Islamic extremists touched a particularly sensitive nerve in the West last month with the murders of cartoonists from the satirical French weekly, Charlie Hebdo. The killings provoked a rally in Paris that French officials called the largest ever. President Francois Hollande was joined by the heads of European states, and by both the Israeli prime minister and the president of the Palestinian Authority.
The slogan Je suis Charlie ("I am Charlie") appeared spontaneously on Twitter, handmade signs, mobile phones and websites. It says just enough that we can all subscribe to the sentiment, but not all of us for the same reasons.
Some — the regular subscribers to Charlie Hebdo perhaps — want to proclaim their support for the magazine’s editorial policy. This is probably a minority viewpoint.
Charlie Hebdo is a written version of our own "South Park" except far more fearless in its profanity. It makes a point of ridiculing Muslims, Jews and Catholics in ways that often cross the line from funny to cruel and sacrilegious.
Its cover for Pope Francis’ trip to World Youth Day in Rio showed the pope as a flabby drag queen. The year before the pope’s trip, it showed the Prophet Muhammad as a porn star. Even in a country with the French sense of humor, these cartoons would be generally seen as tasteless.
Two other kinds of thinkers might say Je suis Charlie to proclaim their support, not for the magazine’s content, but for the principle of freedom of speech. The first (call them the enlightened) would invoke Voltaire by way of explanation: "I disapprove of what you say, but I will defend to the death your right to say it."
The bedrock idea is that even if you and I see the world differently, your truth is as good as mine. Fairness requires me to give you as much room to proclaim your truth as I want for my own.
But the second group (call them the believers) views freedom of speech as consistent with a belief in objective truth. I believe that racism really is wrong, that Jesus Christ really is the son of God, that the Catholic Church is holy and apostolic.
Charlie Hebdo takes a perverse delight in ridiculing some of these beliefs. Unlike the enlightened defenders of freedom, I think the magazine’s opinion is not just different but objectively wrong.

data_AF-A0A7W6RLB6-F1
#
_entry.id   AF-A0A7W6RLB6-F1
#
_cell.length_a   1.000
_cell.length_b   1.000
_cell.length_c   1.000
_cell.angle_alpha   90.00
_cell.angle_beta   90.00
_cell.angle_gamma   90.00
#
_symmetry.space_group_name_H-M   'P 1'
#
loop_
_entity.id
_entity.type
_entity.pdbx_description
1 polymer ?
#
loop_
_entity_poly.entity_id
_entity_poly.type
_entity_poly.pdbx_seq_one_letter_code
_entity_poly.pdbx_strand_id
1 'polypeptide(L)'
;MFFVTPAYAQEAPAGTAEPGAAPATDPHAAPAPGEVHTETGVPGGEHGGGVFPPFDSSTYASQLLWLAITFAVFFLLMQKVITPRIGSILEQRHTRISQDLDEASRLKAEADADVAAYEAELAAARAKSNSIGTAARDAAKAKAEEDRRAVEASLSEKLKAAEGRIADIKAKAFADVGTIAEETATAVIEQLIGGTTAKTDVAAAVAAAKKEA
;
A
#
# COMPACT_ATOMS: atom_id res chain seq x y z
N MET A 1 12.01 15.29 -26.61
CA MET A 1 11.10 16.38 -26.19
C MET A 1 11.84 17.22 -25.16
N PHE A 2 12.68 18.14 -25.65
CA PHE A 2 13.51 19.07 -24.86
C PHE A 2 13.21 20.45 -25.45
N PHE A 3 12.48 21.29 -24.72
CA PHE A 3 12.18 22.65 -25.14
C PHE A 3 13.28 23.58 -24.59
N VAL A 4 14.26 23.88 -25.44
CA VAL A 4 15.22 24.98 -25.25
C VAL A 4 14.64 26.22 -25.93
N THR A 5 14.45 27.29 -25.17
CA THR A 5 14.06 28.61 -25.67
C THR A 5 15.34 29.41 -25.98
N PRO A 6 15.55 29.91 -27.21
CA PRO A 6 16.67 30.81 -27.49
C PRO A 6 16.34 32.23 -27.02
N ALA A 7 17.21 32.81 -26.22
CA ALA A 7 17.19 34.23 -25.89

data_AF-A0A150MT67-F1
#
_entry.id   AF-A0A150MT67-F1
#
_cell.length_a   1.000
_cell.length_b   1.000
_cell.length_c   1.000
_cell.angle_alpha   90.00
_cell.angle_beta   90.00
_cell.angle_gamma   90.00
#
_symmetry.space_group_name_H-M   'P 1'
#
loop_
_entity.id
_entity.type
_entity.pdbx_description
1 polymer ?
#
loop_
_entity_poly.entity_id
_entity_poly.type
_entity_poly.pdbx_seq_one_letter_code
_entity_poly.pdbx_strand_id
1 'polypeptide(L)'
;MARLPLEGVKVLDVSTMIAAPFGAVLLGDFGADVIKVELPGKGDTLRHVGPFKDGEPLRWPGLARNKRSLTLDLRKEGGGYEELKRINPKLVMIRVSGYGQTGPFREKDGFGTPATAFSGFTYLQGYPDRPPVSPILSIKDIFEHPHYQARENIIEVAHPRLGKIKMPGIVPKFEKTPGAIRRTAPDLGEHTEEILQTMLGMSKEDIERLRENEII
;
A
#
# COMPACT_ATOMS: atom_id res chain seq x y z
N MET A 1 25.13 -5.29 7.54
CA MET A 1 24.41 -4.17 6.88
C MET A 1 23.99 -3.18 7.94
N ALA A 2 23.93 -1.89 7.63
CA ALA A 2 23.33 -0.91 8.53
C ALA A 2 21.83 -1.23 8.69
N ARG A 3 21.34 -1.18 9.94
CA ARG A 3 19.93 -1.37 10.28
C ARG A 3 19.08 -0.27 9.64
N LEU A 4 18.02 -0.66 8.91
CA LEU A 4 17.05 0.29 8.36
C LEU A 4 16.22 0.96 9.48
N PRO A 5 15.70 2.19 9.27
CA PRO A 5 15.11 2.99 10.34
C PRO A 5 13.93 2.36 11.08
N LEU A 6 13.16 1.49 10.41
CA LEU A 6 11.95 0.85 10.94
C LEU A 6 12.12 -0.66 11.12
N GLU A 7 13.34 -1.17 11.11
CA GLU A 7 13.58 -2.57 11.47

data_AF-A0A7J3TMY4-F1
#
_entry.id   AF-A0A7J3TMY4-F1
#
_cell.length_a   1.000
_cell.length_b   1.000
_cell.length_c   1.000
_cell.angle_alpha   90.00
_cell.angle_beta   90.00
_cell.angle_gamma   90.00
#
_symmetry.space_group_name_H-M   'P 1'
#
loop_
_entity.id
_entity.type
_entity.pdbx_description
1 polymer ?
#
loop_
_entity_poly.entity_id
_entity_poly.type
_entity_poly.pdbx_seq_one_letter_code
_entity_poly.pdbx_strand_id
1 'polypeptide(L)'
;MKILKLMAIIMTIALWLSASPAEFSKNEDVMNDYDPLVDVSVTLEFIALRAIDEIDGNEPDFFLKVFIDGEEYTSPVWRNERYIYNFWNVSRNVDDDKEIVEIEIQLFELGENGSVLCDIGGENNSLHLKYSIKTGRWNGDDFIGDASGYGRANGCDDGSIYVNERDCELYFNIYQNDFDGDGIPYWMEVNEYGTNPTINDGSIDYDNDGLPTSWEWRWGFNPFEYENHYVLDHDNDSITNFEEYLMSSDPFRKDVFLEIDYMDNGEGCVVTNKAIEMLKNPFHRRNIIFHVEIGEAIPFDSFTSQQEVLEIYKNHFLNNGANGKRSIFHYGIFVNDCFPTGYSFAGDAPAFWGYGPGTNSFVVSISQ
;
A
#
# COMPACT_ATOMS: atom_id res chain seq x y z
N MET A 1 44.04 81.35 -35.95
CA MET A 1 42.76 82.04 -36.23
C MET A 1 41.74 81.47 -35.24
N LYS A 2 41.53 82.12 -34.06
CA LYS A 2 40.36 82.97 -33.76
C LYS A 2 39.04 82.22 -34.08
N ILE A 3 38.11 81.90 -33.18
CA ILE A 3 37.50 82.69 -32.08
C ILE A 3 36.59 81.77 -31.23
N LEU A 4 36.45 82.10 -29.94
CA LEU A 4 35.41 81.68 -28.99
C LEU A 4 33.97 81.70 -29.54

So why would I defend its freedom to say what is both false and offensive? Contemporary liberalism has forgotten that it was believers who gave us the modern principle of free speech.
John Milton’s "Areopagitica" was an argument to Parliament against censorship. Milton argued that believers should not suppress false speech because God doesn’t need our help: "For who knows not that Truth is strong, next to the Almighty? She needs no policies, nor stratagems, nor licensings to make her victorious."
The violent suppression of false speech is a little like Moses striking the rock twice. It demonstrates a lack of faith.
John Locke, another 17th-century English Protestant, made a different argument. He maintained that if we are interested in converting our opponents to our point of view, force will be unavailing:
"True and saving religion consists in the inward persuasion of the mind. … And such is the nature of the understanding that it cannot be compelled to the belief of anything by outward force."
This year marks the 50th anniversary of the Second Vatican Council’s Declaration on Religious Liberty, which echoes Milton and Locke’s arguments. It adds the distinctively Catholic note that coercion, especially in matters of faith, is inconsistent with the dignity of the human person.
To speak frankly, Charlie has not been a very admirable persona. But we honor a bigger principle, not him personally, in saying Je suis Charlie.
Garvey is the president of The Catholic University of America in Washington.